• The river is crossed at Stratford by a stone bridge of 14 arches, built by Sir Hugh Clopton in the reign of Henry VII.

    0
    0
  • It is beautifully placed near the river, and is a fine cruciform structure, partly Early English and partly Perpendicular, with a central tower and lofty octagonal spire.

    0
    0
  • The memorial stands by the river above the church, and above again lie the Bancroft or Bank croft gardens where, in.

    0
    0
  • The river valleys abound in natural pasture, and sainfoin, lucerne and other forage crops are largely grown; cattle-raising is an important source of wealth, and the cheeses of Troyes are well known.

    0
    0
  • The river Aube is navigable for 28 m.

    0
    0
  • It was natural, if not strictly logical, that the ocean river should be extended from a narrow stream to a world-embracing sea, and here again Greek theory, or rather fancy, gave its modern name to the greatest feature of the globe.

    0
    0
  • In 1541 Francisco de Orellana discovered the whole course of the Amazon from its source in the Andes to the Atlantic. A second voyage on the Amazon was made in 1561 by the mad pirate Lope de Aguirre; but it was not until 1639 that a full account was written of the great river by Father Cristoval de Acufia, who ascended it from its mouth and reached the city of Quito.

    0
    0
  • One of the chief problems the association wished to solve was that of the exist ence and course of the river Niger, which was believed by some authorities to be identical with the Congo.

    0
    0
  • Five years later he accepted an offer from the government to command an expedition into the interior of Africa, the plan being to cross from the Gambia to the Niger and descend the latter river to the sea.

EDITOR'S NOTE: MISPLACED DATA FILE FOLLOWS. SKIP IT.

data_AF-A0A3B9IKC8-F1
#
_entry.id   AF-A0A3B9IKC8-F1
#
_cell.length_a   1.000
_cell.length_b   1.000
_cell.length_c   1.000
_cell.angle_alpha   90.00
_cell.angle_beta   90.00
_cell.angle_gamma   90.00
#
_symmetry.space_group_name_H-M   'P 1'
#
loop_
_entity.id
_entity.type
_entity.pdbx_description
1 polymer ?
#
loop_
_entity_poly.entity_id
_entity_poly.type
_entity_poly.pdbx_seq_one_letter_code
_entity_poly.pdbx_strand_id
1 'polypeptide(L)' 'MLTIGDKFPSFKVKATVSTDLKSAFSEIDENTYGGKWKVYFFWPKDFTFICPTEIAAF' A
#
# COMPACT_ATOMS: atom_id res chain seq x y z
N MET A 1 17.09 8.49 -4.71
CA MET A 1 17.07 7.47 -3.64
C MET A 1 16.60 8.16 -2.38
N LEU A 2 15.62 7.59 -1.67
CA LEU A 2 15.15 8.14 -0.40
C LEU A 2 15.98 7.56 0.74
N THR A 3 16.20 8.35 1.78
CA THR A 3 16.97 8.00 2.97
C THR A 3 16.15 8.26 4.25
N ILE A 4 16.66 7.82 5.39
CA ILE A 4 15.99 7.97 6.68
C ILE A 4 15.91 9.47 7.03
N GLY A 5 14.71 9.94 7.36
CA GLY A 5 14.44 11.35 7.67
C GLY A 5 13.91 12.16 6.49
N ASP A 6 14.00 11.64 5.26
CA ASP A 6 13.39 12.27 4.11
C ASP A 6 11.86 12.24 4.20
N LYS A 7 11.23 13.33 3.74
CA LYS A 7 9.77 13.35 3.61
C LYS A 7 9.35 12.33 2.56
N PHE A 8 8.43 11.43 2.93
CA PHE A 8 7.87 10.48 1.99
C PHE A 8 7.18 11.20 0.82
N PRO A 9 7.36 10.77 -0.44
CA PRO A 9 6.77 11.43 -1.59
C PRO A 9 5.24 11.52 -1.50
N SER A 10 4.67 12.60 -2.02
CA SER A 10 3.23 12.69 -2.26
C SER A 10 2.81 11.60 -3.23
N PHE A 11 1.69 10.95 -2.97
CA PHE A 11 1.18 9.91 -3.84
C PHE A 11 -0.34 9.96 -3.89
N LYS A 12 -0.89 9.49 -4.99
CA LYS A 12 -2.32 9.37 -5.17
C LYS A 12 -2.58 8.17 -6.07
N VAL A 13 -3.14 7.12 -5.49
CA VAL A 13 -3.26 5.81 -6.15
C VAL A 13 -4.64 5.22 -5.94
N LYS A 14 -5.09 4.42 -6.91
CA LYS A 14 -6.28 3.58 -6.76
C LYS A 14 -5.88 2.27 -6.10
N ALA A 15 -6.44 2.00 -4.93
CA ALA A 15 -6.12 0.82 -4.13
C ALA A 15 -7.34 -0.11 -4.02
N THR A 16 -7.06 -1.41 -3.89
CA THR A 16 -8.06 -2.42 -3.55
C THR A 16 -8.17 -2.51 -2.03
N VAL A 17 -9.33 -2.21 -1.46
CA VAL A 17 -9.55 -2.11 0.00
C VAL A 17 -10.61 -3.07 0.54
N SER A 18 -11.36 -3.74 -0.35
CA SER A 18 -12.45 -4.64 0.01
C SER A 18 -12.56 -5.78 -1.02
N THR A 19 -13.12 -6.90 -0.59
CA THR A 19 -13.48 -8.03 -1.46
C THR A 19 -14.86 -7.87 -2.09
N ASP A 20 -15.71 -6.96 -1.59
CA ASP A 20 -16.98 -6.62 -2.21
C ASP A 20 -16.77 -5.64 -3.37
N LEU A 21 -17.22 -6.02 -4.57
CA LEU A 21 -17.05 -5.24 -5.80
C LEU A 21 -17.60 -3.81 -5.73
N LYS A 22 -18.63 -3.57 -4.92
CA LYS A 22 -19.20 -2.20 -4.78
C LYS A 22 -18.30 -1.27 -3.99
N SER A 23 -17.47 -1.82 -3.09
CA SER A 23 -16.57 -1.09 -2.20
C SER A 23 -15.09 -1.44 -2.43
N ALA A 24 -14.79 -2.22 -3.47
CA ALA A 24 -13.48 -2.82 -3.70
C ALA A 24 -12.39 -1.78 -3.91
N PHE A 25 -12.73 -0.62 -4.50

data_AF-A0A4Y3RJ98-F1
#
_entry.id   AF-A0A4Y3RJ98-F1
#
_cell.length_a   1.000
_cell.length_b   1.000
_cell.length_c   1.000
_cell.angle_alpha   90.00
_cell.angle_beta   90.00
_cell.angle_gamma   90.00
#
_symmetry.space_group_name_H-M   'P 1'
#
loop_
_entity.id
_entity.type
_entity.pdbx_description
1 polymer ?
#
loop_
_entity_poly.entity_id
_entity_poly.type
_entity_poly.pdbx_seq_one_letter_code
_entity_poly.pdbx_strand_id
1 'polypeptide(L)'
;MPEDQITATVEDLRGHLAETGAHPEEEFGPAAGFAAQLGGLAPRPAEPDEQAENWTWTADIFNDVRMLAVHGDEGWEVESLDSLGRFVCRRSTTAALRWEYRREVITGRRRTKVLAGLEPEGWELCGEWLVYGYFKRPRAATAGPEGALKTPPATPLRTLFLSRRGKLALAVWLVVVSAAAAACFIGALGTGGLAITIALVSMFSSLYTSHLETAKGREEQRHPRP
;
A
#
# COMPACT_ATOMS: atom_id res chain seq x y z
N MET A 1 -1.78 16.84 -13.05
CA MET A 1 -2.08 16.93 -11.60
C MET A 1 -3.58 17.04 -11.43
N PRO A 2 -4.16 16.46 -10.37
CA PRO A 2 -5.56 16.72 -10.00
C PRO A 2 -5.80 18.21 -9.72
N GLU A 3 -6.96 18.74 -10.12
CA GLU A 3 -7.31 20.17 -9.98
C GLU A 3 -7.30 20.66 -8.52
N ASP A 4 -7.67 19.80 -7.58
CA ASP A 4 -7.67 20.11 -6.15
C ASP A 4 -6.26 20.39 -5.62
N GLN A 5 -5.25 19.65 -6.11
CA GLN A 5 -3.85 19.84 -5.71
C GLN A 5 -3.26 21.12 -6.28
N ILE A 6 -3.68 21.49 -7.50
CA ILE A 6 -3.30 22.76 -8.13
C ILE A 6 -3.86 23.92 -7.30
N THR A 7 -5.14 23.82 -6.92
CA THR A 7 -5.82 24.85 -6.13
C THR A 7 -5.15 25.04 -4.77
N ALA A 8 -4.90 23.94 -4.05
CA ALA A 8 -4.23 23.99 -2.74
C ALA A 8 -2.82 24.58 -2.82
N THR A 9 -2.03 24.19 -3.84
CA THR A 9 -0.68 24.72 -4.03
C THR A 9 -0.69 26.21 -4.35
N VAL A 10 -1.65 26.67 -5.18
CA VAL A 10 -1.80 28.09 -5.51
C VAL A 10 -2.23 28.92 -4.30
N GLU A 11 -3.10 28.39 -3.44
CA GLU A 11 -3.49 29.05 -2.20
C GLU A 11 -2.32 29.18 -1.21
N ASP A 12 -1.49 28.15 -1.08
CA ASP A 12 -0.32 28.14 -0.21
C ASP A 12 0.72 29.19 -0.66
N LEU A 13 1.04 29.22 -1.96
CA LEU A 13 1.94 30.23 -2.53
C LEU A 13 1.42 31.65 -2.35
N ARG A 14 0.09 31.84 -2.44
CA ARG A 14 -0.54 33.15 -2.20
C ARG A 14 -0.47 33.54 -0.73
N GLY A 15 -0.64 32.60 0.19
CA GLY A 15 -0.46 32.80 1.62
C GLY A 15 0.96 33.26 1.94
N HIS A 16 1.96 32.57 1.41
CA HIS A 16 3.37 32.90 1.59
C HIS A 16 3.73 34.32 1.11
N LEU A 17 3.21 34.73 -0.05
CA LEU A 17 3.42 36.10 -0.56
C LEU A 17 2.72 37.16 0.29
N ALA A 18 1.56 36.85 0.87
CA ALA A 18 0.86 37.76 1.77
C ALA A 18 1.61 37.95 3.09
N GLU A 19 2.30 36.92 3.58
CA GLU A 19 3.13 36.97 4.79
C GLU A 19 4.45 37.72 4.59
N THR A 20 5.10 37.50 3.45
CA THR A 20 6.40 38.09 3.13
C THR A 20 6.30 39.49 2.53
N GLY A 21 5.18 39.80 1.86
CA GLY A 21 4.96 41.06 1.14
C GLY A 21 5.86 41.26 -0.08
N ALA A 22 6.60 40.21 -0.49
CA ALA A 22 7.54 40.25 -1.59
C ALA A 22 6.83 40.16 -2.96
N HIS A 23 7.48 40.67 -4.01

0
    0
  • Leaving Fort Churchill in July 1742, he discovered the Wager river and Repulse Bay.

    0
    0
  • He started once more in December 1771, and at length reached the Coppermine river, which he surveyed to its mouth, but his observations are unreliable.

    0
    0
  • With the same object Alexander Mackenzie, with a party of Canadians, set out from Fort Chippewyan on the 3rd of June 1789, and descending the great river which now bears the explorer's name reached the Arctic sea.

    0
    0
  • The Cossack Simon Dezhneff is thought to have made a voyage, in the summer of 1648, from the river Kolyma, through Bering Strait (which was rediscovered by Vitus Bering in 1728) to Anadyr.

    0
    0
  • It is usual to distinguish between the general coast-line measured from point to point of the headlands disregarding the smaller bays, and the detailed coast-line which takes account of every inflection shown by the map employed, and follows up river entrances to the point where tidal action ceases.

    0
    0
  • More mobile and more searching than ice or rock rubbish, the trickling drops are guided by the deepest lines of the hillside in their incipient flow, and as these lines converge, the stream, gaining strength, proceeds in River its torrential course to carve its channel deeper and en- t trench itself in permanent occupation.